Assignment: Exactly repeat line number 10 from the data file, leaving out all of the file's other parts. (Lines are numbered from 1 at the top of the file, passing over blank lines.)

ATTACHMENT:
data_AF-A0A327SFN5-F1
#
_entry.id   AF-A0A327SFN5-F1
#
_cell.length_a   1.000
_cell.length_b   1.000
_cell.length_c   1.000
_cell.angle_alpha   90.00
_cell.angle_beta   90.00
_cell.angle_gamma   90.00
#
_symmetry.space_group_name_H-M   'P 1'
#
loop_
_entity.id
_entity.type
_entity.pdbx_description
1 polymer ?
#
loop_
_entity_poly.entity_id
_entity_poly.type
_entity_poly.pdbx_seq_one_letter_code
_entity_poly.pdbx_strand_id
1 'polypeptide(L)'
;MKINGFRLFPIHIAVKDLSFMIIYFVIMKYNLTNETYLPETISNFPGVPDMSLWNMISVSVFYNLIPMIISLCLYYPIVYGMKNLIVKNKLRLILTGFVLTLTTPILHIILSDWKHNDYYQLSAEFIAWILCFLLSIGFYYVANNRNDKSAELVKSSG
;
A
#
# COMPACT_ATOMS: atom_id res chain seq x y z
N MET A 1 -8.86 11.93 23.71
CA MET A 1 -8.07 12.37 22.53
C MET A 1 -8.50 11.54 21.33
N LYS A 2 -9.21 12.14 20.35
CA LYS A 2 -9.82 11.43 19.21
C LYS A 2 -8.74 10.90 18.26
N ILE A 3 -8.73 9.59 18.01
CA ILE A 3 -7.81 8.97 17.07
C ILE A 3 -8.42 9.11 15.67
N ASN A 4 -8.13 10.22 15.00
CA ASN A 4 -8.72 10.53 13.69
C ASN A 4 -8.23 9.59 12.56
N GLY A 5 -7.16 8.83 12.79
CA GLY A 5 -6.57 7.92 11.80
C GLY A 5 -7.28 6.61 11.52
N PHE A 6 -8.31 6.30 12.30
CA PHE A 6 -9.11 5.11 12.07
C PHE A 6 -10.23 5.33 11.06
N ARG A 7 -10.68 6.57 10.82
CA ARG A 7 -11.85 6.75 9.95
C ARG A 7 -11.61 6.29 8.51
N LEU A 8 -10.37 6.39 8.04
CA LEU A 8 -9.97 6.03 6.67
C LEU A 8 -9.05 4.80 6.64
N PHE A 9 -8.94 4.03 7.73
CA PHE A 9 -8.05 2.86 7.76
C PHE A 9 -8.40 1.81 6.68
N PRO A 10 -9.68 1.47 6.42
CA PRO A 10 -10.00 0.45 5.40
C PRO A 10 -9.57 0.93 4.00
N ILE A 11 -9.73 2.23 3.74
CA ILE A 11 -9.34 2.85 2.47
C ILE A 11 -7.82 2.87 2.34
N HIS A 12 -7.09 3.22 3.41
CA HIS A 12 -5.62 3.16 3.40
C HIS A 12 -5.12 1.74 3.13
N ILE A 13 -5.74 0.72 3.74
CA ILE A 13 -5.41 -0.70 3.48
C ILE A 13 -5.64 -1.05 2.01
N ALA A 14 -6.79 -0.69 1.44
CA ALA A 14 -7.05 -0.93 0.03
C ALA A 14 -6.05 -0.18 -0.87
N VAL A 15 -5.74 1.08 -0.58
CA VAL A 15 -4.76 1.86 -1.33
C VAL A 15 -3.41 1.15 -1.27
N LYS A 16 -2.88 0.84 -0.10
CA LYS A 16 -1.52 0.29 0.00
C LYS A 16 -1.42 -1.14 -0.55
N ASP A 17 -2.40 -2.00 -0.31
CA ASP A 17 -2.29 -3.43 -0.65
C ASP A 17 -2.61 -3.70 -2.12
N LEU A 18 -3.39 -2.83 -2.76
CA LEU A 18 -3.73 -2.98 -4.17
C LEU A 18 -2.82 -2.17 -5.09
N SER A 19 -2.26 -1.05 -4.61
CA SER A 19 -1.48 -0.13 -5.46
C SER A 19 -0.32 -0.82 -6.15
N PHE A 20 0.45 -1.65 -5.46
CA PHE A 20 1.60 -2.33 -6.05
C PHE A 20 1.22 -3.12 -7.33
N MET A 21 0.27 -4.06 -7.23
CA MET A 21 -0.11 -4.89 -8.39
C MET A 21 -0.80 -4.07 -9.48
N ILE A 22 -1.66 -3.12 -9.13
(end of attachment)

_cell.angle_gamma   90.00